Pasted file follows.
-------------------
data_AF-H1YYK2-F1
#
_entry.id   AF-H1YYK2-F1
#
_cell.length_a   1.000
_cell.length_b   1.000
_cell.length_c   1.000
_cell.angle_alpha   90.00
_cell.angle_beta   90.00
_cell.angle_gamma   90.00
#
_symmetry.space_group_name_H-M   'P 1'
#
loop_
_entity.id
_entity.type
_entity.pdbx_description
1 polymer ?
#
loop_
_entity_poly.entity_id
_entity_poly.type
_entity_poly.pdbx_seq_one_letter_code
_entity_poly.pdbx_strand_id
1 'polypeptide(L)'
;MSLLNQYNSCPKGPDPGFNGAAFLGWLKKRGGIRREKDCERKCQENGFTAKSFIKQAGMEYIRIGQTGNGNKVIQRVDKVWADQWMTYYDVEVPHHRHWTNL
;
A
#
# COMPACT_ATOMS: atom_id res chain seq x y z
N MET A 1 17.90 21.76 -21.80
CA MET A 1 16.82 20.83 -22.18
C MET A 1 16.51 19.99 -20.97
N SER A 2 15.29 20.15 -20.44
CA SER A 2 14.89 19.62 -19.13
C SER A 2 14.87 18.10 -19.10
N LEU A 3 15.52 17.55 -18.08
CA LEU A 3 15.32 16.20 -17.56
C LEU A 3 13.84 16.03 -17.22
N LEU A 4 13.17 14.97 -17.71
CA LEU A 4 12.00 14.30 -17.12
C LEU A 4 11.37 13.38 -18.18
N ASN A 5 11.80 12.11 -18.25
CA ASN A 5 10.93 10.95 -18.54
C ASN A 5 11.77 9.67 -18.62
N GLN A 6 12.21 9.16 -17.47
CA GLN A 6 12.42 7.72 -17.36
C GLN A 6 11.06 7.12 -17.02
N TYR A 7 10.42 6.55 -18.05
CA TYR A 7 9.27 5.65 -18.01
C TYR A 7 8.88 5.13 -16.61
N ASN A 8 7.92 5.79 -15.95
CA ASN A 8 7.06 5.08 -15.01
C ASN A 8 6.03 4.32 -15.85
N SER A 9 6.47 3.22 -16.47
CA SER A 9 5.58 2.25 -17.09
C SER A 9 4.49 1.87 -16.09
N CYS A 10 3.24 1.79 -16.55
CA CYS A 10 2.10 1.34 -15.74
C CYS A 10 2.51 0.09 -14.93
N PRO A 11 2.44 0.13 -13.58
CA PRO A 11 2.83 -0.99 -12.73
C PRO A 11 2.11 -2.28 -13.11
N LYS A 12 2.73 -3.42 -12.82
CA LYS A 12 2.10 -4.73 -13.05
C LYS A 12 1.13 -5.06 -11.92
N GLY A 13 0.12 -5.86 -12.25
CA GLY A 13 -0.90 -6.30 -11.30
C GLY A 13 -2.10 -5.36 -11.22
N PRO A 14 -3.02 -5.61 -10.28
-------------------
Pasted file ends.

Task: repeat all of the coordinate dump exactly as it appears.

data_AF-H1YYK2-F1
#
_entry.id   AF-H1YYK2-F1
#
_cell.length_a   1.000
_cell.length_b   1.000
_cell.length_c   1.000
_cell.angle_alpha   90.00
_cell.angle_beta   90.00
_cell.angle_gamma   90.00
#
_symmetry.space_group_name_H-M   'P 1'
#
loop_
_entity.id
_entity.type
_entity.pdbx_description
1 polymer ?
#
loop_
_entity_poly.entity_id
_entity_poly.type
_entity_poly.pdbx_seq_one_letter_code
_entity_poly.pdbx_strand_id
1 'polypeptide(L)'
;MSLLNQYNSCPKGPDPGFNGAAFLGWLKKRGGIRREKDCERKCQENGFTAKSFIKQAGMEYIRIGQTGNGNKVIQRVDKVWADQWMTYYDVEVPHHRHWTNL
;
A
#
# COMPACT_ATOMS: atom_id res chain seq x y z
N MET A 1 17.90 21.76 -21.80
CA MET A 1 16.82 20.83 -22.18
C MET A 1 16.51 19.99 -20.97
N SER A 2 15.29 20.15 -20.44
CA SER A 2 14.89 19.62 -19.13
C SER A 2 14.87 18.10 -19.10
N LEU A 3 15.52 17.55 -18.08
CA LEU A 3 15.32 16.20 -17.56
C LEU A 3 13.84 16.03 -17.22
N LEU A 4 13.17 14.97 -17.71
CA LEU A 4 12.00 14.30 -17.12
C LEU A 4 11.37 13.38 -18.18
N ASN A 5 11.80 12.11 -18.25
CA ASN A 5 10.93 10.95 -18.54
C ASN A 5 11.77 9.67 -18.62
N GLN A 6 12.21 9.16 -17.47
CA GLN A 6 12.42 7.72 -17.36
C GLN A 6 11.06 7.12 -17.02
N TYR A 7 10.42 6.55 -18.05
CA TYR A 7 9.27 5.65 -18.01
C TYR A 7 8.88 5.13 -16.61
N ASN A 8 7.92 5.79 -15.95
CA ASN A 8 7.06 5.08 -15.01
C ASN A 8 6.03 4.32 -15.85
N SER A 9 6.47 3.22 -16.47
CA SER A 9 5.58 2.25 -17.09
C SER A 9 4.49 1.87 -16.09
N CYS A 10 3.24 1.79 -16.55
CA CYS A 10 2.10 1.34 -15.74
C CYS A 10 2.51 0.09 -14.93
N PRO A 11 2.44 0.13 -13.58
CA PRO A 11 2.83 -0.99 -12.73
C PRO A 11 2.11 -2.28 -13.11
N LYS A 12 2.73 -3.42 -12.82
CA LYS A 12 2.10 -4.73 -13.05
C LYS A 12 1.13 -5.06 -11.92
N GLY A 13 0.12 -5.86 -12.25
CA GLY A 13 -0.90 -6.30 -11.30
C GLY A 13 -2.10 -5.36 -11.22
N PRO A 14 -3.02 -5.61 -10.28